METUX - A Wellbeing Design Framework for Practice

There is a great need for practical tools to help designers and researchers incorporate wellbeing research into practice.

For this reason, we recently spent half a year collaborating with Richard Ryan (originator of Self-determination Theory and world-leading wellbeing psychologist) to develop the "Motivation, Engagement and Thriving in User Experience (METUX)" model.

An article describing the model has just been published in the journal, Frontiers in Psychology.

The model provides a framework grounded in psychological research that allows HCI researchers and practitioners to form actionable insights with respect to how technology designs support or undermine basic psychological needs, thereby increasing motivation and engagement, and ultimately, improving user wellbeing.

We propose that in order to address wellbeing, psychological needs must be considered within at least five different spheres of analysis including: at the point of technology adoption, during interaction with the interface, as a result of engagement with technology-specific tasks, as part of the technology-supported behavior, and as part of an individual's life overall. Otherwise, important contradictory effects can be missed. After all, a technology can appear to support wellbeing at one level but severely hinder it at another level (think of tech addiction that provides momentary need-satisfaction at the moment of use but disrupts psychological need satisfaction at the life level.)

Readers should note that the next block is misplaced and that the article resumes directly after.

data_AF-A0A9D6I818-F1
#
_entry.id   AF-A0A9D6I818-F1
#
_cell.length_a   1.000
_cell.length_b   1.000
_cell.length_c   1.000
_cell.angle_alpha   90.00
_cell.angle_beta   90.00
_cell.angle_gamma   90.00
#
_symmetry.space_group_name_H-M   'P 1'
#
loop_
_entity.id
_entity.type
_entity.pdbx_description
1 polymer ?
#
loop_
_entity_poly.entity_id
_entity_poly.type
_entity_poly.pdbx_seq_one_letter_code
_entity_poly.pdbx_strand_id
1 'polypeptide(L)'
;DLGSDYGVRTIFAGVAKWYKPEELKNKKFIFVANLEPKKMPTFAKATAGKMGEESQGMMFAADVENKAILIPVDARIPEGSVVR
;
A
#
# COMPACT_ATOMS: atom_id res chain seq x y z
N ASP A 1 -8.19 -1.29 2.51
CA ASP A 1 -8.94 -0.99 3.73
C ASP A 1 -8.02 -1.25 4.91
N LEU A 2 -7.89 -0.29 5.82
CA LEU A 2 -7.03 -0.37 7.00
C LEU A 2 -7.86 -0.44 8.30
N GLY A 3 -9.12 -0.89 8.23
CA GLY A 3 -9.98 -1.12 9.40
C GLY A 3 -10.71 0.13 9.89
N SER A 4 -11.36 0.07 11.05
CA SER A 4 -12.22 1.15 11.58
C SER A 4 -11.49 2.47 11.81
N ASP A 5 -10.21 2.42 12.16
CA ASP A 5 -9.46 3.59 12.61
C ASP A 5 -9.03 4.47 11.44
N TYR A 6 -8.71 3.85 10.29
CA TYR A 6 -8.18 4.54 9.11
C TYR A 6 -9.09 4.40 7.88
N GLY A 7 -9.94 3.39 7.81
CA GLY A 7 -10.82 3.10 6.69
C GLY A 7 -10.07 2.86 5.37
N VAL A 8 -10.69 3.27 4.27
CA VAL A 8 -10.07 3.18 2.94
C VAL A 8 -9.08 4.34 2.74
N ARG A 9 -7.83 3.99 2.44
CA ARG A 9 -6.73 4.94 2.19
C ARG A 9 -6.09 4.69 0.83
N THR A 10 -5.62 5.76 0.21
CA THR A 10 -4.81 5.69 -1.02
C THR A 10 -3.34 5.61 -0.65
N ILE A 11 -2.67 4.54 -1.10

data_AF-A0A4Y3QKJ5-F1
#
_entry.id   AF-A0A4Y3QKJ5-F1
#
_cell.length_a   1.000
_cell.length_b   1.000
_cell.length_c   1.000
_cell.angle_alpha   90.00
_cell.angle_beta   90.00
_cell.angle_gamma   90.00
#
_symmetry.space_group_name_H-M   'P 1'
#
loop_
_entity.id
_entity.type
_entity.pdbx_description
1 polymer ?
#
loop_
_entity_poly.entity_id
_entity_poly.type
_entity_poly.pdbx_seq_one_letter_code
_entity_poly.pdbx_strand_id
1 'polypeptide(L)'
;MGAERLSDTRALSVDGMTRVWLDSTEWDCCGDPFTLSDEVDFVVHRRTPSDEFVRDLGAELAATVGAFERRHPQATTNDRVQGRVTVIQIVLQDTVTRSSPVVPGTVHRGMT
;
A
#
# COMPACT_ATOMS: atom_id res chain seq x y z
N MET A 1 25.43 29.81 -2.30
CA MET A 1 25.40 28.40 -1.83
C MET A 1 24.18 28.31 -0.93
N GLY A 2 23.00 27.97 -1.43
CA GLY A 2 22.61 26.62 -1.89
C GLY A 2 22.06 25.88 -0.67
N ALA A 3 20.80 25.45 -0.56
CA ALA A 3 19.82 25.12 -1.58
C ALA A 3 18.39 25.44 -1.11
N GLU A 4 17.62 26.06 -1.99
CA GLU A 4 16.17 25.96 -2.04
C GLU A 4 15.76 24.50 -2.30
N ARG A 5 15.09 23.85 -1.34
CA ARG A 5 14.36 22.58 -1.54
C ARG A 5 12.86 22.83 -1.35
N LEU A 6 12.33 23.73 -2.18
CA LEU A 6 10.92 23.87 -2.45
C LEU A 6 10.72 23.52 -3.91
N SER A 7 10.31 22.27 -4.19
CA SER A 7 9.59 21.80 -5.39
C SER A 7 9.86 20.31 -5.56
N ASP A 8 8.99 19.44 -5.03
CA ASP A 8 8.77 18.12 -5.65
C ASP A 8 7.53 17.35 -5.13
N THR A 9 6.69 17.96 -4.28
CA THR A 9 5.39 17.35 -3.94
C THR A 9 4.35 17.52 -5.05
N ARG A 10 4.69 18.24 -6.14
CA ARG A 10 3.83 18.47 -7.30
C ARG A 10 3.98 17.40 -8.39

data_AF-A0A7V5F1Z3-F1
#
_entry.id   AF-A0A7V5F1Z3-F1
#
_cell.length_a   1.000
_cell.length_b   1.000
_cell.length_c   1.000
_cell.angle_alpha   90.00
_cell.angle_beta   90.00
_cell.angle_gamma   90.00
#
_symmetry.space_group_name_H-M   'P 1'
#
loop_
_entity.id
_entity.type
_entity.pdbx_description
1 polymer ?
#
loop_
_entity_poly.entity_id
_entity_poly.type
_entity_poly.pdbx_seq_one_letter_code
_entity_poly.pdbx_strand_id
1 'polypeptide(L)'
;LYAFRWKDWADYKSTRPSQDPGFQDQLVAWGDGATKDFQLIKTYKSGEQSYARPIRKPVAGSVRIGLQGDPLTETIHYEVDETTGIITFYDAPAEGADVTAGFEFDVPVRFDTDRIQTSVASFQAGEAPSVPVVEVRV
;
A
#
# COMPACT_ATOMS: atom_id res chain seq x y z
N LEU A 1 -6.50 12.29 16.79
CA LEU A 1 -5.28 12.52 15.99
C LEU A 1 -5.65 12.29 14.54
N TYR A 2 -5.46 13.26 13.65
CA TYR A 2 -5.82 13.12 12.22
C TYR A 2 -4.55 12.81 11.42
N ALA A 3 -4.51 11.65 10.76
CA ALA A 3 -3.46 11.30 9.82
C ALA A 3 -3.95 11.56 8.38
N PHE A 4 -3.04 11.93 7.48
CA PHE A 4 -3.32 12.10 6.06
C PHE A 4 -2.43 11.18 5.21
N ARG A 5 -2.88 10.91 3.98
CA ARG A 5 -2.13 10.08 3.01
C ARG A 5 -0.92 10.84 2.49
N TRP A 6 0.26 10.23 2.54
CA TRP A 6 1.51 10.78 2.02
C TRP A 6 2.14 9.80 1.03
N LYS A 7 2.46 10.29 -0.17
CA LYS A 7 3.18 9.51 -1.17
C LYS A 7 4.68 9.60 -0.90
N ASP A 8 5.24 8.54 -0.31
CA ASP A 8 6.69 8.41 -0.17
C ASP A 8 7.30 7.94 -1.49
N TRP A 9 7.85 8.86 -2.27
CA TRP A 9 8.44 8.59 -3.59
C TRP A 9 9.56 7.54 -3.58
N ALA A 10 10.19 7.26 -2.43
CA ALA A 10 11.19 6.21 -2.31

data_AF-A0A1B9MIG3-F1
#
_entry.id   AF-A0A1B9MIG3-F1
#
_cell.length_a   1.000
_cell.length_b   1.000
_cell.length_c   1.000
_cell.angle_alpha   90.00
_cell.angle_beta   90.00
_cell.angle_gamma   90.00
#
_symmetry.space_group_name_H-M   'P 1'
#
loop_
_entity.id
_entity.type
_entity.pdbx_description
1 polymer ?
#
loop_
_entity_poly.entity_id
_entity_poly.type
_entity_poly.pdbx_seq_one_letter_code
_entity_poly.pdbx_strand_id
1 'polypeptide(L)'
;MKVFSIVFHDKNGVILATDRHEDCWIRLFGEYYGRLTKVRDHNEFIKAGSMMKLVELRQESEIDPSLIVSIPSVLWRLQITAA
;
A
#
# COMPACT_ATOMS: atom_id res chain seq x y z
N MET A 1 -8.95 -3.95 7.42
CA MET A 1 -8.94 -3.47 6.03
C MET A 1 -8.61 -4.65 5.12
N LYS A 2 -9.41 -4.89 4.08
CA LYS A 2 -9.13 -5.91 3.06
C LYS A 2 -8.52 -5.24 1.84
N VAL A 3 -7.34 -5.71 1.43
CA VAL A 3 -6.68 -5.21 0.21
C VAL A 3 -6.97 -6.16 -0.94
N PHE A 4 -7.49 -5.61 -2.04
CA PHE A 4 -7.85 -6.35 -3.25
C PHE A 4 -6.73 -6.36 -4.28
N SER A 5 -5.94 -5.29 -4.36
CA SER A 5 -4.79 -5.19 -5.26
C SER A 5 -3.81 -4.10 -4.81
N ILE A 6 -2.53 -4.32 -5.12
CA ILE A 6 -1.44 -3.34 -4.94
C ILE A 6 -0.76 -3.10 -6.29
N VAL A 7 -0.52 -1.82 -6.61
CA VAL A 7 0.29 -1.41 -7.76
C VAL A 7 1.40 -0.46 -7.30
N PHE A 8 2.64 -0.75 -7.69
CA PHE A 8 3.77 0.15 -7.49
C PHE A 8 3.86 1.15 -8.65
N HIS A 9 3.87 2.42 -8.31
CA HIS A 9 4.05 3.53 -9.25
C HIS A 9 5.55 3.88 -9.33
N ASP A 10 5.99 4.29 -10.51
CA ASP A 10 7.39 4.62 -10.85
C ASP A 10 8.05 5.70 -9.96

The article also includes a set of questionnaires for measuring wellbeing at these various levels.

Read the article here:
Frontiers in Psychology, 28 May 2018